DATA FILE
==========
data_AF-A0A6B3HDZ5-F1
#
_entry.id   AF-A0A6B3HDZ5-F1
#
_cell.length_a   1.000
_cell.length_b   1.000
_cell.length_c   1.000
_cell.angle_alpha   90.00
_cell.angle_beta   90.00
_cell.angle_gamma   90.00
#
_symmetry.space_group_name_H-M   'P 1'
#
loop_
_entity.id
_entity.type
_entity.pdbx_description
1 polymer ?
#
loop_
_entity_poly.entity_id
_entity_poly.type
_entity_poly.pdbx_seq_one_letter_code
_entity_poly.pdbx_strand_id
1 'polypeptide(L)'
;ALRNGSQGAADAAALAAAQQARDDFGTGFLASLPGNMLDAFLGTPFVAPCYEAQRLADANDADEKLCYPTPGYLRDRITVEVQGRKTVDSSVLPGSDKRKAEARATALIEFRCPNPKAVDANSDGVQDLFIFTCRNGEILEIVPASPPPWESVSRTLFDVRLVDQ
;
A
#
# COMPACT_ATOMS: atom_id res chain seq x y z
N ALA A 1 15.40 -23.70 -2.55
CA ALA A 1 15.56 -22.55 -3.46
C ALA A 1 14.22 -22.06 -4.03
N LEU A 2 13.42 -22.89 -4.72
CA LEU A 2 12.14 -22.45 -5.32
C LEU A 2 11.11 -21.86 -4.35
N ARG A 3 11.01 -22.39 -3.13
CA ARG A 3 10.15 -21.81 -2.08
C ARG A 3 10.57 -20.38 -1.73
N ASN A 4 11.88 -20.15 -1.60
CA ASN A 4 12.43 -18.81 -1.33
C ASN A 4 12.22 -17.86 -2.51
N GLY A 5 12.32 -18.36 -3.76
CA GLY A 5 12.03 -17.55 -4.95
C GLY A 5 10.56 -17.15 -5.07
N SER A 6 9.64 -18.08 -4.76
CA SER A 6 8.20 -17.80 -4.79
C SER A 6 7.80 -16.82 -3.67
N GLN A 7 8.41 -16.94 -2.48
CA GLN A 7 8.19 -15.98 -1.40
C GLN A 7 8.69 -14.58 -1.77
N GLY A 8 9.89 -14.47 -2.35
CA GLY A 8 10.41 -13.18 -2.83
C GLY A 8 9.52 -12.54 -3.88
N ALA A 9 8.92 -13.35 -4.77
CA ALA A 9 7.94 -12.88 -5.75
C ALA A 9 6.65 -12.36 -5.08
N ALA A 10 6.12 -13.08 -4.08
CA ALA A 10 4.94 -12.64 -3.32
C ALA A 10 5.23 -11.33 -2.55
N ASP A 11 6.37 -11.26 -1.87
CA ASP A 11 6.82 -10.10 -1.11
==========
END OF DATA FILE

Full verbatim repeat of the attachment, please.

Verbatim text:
data_AF-A0A6B3HDZ5-F1
#
_entry.id   AF-A0A6B3HDZ5-F1
#
_cell.length_a   1.000
_cell.length_b   1.000
_cell.length_c   1.000
_cell.angle_alpha   90.00
_cell.angle_beta   90.00
_cell.angle_gamma   90.00
#
_symmetry.space_group_name_H-M   'P 1'
#
loop_
_entity.id
_entity.type
_entity.pdbx_description
1 polymer ?
#
loop_
_entity_poly.entity_id
_entity_poly.type
_entity_poly.pdbx_seq_one_letter_code
_entity_poly.pdbx_strand_id
1 'polypeptide(L)'
;ALRNGSQGAADAAALAAAQQARDDFGTGFLASLPGNMLDAFLGTPFVAPCYEAQRLADANDADEKLCYPTPGYLRDRITVEVQGRKTVDSSVLPGSDKRKAEARATALIEFRCPNPKAVDANSDGVQDLFIFTCRNGEILEIVPASPPPWESVSRTLFDVRLVDQ
;
A
#
# COMPACT_ATOMS: atom_id res chain seq x y z
N ALA A 1 15.40 -23.70 -2.55
CA ALA A 1 15.56 -22.55 -3.46
C ALA A 1 14.22 -22.06 -4.03
N LEU A 2 13.42 -22.89 -4.72
CA LEU A 2 12.14 -22.45 -5.32
C LEU A 2 11.11 -21.86 -4.35
N ARG A 3 11.01 -22.39 -3.13
CA ARG A 3 10.15 -21.81 -2.08
C ARG A 3 10.57 -20.38 -1.73
N ASN A 4 11.88 -20.15 -1.60
CA ASN A 4 12.43 -18.81 -1.33
C ASN A 4 12.22 -17.86 -2.51
N GLY A 5 12.32 -18.36 -3.76
CA GLY A 5 12.03 -17.55 -4.95
C GLY A 5 10.56 -17.15 -5.07
N SER A 6 9.64 -18.08 -4.76
CA SER A 6 8.20 -17.80 -4.79
C SER A 6 7.80 -16.82 -3.67
N GLN A 7 8.41 -16.94 -2.48
CA GLN A 7 8.19 -15.98 -1.40
C GLN A 7 8.69 -14.58 -1.77
N GLY A 8 9.89 -14.47 -2.35
CA GLY A 8 10.41 -13.18 -2.83
C GLY A 8 9.52 -12.54 -3.88
N ALA A 9 8.92 -13.35 -4.77
CA ALA A 9 7.94 -12.88 -5.75
C ALA A 9 6.65 -12.36 -5.08
N ALA A 10 6.12 -13.08 -4.08
CA ALA A 10 4.94 -12.64 -3.32
C ALA A 10 5.23 -11.33 -2.55
N ASP A 11 6.37 -11.26 -1.87
CA ASP A 11 6.82 -10.10 -1.11